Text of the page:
If you want to help people and are willing to put the time into training, a career as a paramedic may be for you. Paramedics help people in emergency situations by transporting them to medical facilities and providing emergency medical treatment. Paramedics work for a variety of employers including local governments, hospitals, and private ambulatory companies, and are sometimes volunteers in rural areas.
Paramedics provide emergency medical services to patients and transport them to emergency rooms or hospitals. Paramedic salaries may differ greatly depending on employer type, geographic location and years of work experience, but the national median is around $32,000. In small communities, the paramedics may be volunteers and work for free. This is a growing field of employment that requires an associate's degree and licensing.
|Required Education||Associate's degree|
|Other Requirements||All states require licensing, usually through the National Registry of Emergency Medical Technicians|
|Projected Job Growth (2014-2024)*||24%|
|Median Salary (2015)*||$31,980|
Sources: * U.S. Bureau of Labor Statistics (BLS)
Paramedic Salary Information
Some paramedics work on a voluntary basis and receive no pay. According to the U.S. Bureau of Labor Statistics (BLS), unpaid paramedics are most likely to work in rural or small metropolitan areas, where the workload may be smaller and only necessitate responding to a handful of emergency calls each month (www.bls.gov).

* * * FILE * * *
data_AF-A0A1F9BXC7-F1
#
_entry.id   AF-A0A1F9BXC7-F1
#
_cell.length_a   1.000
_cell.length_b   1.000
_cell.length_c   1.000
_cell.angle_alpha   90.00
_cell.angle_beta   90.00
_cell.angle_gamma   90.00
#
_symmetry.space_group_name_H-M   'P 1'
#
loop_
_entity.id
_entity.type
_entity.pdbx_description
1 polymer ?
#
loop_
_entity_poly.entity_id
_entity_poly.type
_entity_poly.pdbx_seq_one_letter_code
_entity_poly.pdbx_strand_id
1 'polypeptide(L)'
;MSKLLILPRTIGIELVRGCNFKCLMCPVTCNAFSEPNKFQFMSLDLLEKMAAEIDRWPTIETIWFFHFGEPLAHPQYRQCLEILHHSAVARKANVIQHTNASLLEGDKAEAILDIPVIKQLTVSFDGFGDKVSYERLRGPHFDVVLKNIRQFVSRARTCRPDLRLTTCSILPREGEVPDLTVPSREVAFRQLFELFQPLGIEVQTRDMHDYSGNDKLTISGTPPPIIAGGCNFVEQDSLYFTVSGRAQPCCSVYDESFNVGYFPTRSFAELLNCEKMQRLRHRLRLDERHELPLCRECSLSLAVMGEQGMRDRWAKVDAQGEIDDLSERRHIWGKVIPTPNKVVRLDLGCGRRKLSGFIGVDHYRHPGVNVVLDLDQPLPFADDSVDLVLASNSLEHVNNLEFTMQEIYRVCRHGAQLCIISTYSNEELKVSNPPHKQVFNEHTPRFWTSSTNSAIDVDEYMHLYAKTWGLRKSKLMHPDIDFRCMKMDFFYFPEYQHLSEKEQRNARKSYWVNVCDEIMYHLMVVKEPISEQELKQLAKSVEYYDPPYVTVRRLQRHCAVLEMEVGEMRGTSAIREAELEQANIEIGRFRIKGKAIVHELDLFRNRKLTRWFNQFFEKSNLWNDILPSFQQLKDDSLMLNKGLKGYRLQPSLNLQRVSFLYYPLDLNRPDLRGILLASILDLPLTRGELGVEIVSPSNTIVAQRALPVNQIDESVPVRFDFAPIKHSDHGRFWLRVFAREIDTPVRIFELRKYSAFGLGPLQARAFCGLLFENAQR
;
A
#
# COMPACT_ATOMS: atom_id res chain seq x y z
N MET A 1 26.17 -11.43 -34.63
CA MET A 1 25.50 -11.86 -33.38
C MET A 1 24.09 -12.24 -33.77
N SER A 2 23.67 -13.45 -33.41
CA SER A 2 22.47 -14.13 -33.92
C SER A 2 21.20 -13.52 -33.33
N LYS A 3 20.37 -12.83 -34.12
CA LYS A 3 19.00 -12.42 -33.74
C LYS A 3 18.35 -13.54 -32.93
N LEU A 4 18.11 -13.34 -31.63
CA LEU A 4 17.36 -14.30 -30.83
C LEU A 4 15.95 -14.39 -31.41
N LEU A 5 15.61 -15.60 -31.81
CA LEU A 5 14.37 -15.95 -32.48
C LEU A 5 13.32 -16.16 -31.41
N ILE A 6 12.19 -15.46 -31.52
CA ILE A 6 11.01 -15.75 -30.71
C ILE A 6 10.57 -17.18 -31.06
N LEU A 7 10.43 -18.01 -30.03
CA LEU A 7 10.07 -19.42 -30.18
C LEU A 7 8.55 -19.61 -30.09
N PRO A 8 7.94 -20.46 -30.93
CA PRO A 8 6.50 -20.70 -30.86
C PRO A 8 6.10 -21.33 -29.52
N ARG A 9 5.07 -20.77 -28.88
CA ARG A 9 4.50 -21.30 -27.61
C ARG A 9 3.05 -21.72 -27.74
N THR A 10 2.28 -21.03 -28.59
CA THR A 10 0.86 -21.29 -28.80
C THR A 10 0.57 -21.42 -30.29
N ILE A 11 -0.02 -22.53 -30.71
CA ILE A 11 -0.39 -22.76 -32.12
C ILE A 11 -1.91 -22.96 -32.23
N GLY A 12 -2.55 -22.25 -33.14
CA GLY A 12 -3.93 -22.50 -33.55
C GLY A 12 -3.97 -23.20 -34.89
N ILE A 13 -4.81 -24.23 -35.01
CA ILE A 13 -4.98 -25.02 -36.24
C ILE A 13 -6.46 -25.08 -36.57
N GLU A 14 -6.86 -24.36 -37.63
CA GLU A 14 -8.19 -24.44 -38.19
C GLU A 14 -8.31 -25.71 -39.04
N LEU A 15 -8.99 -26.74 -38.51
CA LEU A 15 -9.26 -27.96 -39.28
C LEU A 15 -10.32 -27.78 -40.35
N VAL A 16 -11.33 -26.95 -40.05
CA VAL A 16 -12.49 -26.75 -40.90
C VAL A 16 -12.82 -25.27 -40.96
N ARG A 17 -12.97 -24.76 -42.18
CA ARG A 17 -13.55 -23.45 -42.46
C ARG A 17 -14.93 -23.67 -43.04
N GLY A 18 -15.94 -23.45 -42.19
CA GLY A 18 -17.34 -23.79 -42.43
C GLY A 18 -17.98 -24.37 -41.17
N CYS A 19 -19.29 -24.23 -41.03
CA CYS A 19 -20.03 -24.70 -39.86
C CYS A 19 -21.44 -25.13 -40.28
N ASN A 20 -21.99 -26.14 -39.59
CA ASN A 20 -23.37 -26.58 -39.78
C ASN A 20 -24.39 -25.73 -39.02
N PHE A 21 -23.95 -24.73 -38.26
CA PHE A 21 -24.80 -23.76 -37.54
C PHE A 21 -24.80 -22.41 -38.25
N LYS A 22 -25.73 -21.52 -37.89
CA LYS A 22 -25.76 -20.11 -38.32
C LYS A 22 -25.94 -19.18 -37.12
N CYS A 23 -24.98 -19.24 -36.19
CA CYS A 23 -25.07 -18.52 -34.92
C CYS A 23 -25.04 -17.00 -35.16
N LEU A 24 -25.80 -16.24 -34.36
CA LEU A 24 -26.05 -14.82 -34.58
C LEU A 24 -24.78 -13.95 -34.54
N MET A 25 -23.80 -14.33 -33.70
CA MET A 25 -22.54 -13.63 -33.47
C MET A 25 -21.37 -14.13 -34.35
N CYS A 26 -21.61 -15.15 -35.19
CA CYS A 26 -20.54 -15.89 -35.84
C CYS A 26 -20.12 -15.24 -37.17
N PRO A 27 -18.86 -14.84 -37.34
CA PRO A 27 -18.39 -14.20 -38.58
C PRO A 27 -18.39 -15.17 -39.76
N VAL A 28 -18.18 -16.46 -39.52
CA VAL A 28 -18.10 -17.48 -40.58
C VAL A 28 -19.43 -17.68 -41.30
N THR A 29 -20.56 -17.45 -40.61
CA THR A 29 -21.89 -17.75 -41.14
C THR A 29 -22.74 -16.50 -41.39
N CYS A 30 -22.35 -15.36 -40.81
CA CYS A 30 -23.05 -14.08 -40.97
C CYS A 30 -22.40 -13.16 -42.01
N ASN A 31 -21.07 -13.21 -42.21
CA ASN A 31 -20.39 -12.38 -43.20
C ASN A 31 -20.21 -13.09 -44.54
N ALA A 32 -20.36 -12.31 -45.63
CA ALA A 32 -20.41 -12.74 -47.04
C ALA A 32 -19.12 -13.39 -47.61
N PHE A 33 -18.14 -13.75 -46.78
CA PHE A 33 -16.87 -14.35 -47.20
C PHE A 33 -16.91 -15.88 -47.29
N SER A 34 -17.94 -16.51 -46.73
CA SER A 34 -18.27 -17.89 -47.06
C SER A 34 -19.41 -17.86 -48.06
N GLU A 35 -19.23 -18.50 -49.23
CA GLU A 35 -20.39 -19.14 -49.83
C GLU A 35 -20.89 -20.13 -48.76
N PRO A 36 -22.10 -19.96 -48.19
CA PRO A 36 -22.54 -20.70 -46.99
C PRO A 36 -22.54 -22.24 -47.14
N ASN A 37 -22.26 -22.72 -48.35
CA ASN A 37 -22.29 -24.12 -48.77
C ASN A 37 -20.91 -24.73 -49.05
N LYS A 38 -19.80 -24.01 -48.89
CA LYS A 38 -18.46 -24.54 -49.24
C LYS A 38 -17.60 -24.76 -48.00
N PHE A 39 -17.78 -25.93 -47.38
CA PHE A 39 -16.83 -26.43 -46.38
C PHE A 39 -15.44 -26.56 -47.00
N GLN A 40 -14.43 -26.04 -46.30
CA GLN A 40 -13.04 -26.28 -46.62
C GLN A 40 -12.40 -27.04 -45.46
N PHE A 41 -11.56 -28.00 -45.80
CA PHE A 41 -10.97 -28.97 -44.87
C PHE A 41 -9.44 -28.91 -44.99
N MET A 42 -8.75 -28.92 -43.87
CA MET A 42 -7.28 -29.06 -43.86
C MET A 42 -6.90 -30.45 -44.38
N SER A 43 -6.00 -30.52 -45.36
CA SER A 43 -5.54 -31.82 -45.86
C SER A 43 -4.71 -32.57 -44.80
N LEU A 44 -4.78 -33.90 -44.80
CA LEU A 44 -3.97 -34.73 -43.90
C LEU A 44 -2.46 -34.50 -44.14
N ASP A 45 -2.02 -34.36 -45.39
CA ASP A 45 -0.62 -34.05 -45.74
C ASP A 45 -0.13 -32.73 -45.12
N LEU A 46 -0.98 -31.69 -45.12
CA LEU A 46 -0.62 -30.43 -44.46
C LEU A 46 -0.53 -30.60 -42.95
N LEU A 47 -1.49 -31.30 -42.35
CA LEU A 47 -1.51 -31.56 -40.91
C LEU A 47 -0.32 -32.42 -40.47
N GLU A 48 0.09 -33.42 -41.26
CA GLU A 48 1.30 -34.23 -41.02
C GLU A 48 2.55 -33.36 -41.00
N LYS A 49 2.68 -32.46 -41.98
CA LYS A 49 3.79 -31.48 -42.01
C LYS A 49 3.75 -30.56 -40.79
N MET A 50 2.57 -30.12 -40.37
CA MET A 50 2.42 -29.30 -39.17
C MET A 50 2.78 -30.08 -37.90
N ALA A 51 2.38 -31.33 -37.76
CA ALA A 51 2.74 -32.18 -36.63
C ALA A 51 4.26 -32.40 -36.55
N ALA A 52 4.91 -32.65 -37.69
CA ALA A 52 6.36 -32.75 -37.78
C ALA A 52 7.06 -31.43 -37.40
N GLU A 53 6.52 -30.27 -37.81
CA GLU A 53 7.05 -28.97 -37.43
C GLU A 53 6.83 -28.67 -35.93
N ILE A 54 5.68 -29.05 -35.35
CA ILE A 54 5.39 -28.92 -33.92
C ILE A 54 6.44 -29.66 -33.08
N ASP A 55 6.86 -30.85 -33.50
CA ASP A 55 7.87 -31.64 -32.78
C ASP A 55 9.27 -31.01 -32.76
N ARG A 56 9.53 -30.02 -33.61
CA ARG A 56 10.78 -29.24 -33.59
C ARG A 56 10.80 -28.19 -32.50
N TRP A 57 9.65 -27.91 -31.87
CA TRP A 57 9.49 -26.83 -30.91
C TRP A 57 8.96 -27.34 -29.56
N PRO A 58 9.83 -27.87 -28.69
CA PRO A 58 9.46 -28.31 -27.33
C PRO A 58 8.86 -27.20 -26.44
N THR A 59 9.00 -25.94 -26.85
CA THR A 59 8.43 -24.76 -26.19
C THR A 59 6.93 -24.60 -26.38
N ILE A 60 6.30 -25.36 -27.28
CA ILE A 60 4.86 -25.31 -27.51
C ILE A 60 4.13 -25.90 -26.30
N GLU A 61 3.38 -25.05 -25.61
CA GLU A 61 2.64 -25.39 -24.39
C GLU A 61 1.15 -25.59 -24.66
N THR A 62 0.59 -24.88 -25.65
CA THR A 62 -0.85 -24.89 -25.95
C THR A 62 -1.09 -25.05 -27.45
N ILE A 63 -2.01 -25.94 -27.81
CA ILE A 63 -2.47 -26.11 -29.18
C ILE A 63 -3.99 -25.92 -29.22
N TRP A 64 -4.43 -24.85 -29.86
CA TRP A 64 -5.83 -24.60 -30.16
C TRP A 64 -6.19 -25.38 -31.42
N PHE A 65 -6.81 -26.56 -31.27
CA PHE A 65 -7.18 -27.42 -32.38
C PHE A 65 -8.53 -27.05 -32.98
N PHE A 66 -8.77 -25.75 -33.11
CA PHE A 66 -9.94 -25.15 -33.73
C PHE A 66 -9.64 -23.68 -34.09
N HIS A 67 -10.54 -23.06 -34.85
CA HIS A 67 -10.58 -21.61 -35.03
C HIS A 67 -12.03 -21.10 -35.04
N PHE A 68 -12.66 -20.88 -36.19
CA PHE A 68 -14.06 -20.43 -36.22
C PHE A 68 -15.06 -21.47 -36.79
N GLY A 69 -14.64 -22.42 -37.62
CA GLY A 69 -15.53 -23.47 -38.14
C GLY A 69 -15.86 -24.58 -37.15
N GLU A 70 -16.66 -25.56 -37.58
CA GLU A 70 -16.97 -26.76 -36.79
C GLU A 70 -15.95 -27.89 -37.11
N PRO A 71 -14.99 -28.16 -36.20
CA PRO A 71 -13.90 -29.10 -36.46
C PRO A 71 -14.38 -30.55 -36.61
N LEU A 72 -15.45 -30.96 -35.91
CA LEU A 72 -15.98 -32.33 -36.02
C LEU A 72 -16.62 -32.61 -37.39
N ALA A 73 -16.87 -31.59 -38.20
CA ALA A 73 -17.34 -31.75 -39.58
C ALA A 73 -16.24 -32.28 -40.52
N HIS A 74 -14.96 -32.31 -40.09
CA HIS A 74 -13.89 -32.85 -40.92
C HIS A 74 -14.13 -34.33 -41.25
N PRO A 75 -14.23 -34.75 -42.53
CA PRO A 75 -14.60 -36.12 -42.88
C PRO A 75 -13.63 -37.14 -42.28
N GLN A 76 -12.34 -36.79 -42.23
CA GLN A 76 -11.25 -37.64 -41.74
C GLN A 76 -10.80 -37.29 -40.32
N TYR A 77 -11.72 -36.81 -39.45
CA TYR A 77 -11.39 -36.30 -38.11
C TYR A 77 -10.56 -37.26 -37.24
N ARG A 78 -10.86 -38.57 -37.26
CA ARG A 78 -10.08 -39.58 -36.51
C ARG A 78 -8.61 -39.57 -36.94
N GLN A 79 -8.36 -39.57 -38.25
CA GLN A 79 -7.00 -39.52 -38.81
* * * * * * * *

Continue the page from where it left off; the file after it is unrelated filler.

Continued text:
Paid paramedics and their lower-level counterparts, known as emergency medical technicians (EMTs), earned a median hourly wage of $15.38, or $31,980 per year, as of May 2015, according to the BLS. The lowest-paid 10% of EMTs and paramedics made $10.03 an hour or less, while the highest-paid 10% earned in excess of $26.49 per hour.
The average salary of paramedics may differ based on employer type. For example, paramedics working for the local government earned a mean hourly wage of $18.75 as of 2015, whereas those working in other ambulatory health care services earned $15.65, according to BLS estimates. Paramedics employed by general medical and surgical hospitals and local government also tended to earn more, with a mean hourly wage of $17.65 and $18.75, respectively.
In addition, BLS reports show that salary can vary by location. As of 2015, paramedics and EMTs working in the District of Columbia received the highest pay rate in the country, with a mean hourly wage of $28.37, followed by Washington at $28.06.
Paramedic Employment Trends and Future Outlook
The BLS projected the job market for paramedics and EMTs to grow by 24% from 2014-2024, which is much faster than the average for all jobs. Violence, natural disasters, car crashes and other emergencies will continue to create demand for paramedics and EMTs. A growing aging population, and subsequent increase in age-related health emergencies like stroke and heart attack, is also likely to increase the demand for emergency medical services.
Working as a paramedic can be a rewarding career. EMT salaries vary depending on training, location, and type of employer. The job growth for EMTs, as reported by the BLS, is much higher than the job market as a whole, thus providing future opportunity.